Sam's eyes darted in thought, his tongue running restlessly along his bottom lip. Dean waited, watching.
"I think I have an idea…," Sam said finally. "But…I'm gonna need your help."
Dean grinned at Sam, the smile filling him up. "Damn, it's good to have you back."
"Say that after we exterminate these bastards," Sam told him, using Bobby's desk to gain his feet. He teetered on the edge of balance a moment, rubbing at his eyes. "Whoa."
"Take it easy," Dean admonished from the floor. "You've…kinda had a busy night."
Sam looked down at him. "Says the pot." He reached down and gripped Dean's wrist, tugging him upright.
Dean stood with a low groan, but was unable to put any weight on his wounded leg, the cuts there lacing fire up through his hips and torso, making him sway. Sam caught him, wrapping his arm across Dean's back and supporting him. Leaning on each other, they raised their eyes to the frothing black cloud.
"That's a lot of demons," Sam said, yelling over the storm surge of noise.
"Yep." Dean looked at his brother, having to tilt his head up to do so, they stood so close. "What do you wanna do?"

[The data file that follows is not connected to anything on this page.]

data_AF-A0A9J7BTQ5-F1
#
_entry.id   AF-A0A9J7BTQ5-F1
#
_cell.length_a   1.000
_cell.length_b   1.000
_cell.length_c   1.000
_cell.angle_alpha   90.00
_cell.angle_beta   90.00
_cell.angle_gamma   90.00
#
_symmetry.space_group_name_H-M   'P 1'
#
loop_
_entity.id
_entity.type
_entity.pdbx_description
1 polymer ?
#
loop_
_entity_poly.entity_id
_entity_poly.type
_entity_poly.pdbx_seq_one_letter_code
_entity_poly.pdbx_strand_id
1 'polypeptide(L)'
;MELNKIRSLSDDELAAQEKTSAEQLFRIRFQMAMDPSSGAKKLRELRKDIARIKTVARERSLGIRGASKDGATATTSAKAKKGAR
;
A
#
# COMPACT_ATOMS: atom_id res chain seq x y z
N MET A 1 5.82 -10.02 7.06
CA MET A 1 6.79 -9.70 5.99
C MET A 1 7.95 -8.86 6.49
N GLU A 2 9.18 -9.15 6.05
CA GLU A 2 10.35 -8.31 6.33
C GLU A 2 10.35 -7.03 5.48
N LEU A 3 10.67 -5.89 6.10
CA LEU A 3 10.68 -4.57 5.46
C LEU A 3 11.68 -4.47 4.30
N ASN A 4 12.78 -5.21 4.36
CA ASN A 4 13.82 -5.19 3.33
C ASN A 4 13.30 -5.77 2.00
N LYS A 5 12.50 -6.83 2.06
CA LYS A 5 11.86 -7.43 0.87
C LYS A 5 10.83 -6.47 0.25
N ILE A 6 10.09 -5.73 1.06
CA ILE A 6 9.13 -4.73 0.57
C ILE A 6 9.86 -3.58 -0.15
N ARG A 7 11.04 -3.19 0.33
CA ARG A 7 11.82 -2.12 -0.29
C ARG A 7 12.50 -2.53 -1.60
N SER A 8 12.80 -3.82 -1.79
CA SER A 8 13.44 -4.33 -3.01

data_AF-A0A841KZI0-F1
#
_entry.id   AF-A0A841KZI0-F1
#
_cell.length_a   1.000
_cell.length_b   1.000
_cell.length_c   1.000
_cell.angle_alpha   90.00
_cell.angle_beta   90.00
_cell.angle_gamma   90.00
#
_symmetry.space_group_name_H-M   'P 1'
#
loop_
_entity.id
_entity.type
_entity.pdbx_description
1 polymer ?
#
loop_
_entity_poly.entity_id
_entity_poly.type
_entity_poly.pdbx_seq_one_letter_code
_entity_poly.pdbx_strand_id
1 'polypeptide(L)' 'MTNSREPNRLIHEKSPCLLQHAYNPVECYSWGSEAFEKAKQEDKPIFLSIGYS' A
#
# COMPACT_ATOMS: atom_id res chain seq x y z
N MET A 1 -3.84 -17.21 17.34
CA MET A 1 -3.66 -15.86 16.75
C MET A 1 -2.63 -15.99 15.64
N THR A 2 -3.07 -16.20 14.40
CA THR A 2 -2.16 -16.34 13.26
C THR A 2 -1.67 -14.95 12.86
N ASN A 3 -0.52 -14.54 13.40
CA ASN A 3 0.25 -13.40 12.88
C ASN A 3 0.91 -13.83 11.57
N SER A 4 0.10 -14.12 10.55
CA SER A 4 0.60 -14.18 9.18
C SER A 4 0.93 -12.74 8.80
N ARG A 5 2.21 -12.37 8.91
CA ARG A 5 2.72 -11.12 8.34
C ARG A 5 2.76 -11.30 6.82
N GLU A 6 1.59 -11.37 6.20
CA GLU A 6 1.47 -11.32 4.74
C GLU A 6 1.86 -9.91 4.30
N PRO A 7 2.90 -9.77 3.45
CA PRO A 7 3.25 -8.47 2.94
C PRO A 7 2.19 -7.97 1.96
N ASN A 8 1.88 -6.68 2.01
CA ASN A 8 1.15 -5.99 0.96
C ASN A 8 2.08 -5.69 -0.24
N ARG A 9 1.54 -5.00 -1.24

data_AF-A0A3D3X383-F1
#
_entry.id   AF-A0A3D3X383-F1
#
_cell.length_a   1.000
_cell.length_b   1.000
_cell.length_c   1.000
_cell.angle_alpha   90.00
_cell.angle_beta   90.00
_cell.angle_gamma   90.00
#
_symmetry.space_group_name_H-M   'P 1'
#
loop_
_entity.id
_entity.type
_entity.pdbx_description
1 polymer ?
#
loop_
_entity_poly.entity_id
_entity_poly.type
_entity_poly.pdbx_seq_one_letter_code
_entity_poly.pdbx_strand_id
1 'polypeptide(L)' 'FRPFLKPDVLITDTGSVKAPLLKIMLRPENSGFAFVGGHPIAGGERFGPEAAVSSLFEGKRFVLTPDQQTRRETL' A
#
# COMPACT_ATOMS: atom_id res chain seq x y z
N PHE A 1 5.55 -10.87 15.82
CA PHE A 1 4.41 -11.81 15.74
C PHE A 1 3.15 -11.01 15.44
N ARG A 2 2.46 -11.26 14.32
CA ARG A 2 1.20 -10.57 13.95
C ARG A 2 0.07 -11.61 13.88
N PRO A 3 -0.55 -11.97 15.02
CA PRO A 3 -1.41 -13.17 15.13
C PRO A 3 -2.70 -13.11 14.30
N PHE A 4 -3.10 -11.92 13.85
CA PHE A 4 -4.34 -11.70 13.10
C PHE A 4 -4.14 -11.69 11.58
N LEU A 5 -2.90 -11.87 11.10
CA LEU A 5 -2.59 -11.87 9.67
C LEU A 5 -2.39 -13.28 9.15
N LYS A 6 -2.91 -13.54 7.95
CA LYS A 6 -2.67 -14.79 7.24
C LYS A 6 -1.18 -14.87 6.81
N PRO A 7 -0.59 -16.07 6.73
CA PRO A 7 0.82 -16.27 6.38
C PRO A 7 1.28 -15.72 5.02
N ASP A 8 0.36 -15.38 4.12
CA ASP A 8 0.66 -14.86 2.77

Sam looked back at the cloud turning Bobby's study into an island inside his home. His eyes narrowed and his expression became hard as he answered. "Kill 'em all."
"I can get on board with that," Dean muttered, unable to pull too far away from his brother. He knew he wasn't going to be able to stand on his own very long. "What's the plan?"
Sam swallowed. "Obviously, it's gonna take more than just the exorcisms we've said before." Dean watched as Sam's eyes skimmed the book-laden shelves surrounding them. "I read this book a couple weeks back where you add sigil, and some other stuff that pulls the demons—"
"Sam. Show. Don't tell," Dean ordered, gripping his brother's shirt for balance.